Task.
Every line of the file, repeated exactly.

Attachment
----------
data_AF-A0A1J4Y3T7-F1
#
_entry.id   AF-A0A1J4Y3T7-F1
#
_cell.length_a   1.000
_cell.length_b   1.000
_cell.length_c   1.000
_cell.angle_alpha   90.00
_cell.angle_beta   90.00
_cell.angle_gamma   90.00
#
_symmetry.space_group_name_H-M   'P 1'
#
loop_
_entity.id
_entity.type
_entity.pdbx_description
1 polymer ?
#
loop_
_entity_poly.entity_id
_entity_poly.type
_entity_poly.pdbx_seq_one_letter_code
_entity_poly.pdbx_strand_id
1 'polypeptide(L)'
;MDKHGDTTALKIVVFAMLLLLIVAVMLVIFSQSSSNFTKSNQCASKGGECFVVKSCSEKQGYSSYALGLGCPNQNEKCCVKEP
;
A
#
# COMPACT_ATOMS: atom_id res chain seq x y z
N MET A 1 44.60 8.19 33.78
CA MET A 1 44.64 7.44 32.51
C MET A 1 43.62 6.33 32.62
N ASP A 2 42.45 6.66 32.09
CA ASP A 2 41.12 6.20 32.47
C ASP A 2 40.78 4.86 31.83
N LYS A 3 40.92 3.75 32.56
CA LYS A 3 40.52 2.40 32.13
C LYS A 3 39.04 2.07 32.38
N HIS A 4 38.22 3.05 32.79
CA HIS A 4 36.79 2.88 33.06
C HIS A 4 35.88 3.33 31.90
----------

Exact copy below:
data_AF-A0A1J4Y3T7-F1
#
_entry.id   AF-A0A1J4Y3T7-F1
#
_cell.length_a   1.000
_cell.length_b   1.000
_cell.length_c   1.000
_cell.angle_alpha   90.00
_cell.angle_beta   90.00
_cell.angle_gamma   90.00
#
_symmetry.space_group_name_H-M   'P 1'
#
loop_
_entity.id
_entity.type
_entity.pdbx_description
1 polymer ?
#
loop_
_entity_poly.entity_id
_entity_poly.type
_entity_poly.pdbx_seq_one_letter_code
_entity_poly.pdbx_strand_id
1 'polypeptide(L)'
;MDKHGDTTALKIVVFAMLLLLIVAVMLVIFSQSSSNFTKSNQCASKGGECFVVKSCSEKQGYSSYALGLGCPNQNEKCCVKEP
;
A
#
# COMPACT_ATOMS: atom_id res chain seq x y z
N MET A 1 44.60 8.19 33.78
CA MET A 1 44.64 7.44 32.51
C MET A 1 43.62 6.33 32.62
N ASP A 2 42.45 6.66 32.09
CA ASP A 2 41.12 6.20 32.47
C ASP A 2 40.78 4.86 31.83
N LYS A 3 40.92 3.75 32.56
CA LYS A 3 40.52 2.40 32.13
C LYS A 3 39.04 2.07 32.38
N HIS A 4 38.22 3.05 32.79
CA HIS A 4 36.79 2.88 33.06
C HIS A 4 35.88 3.33 31.90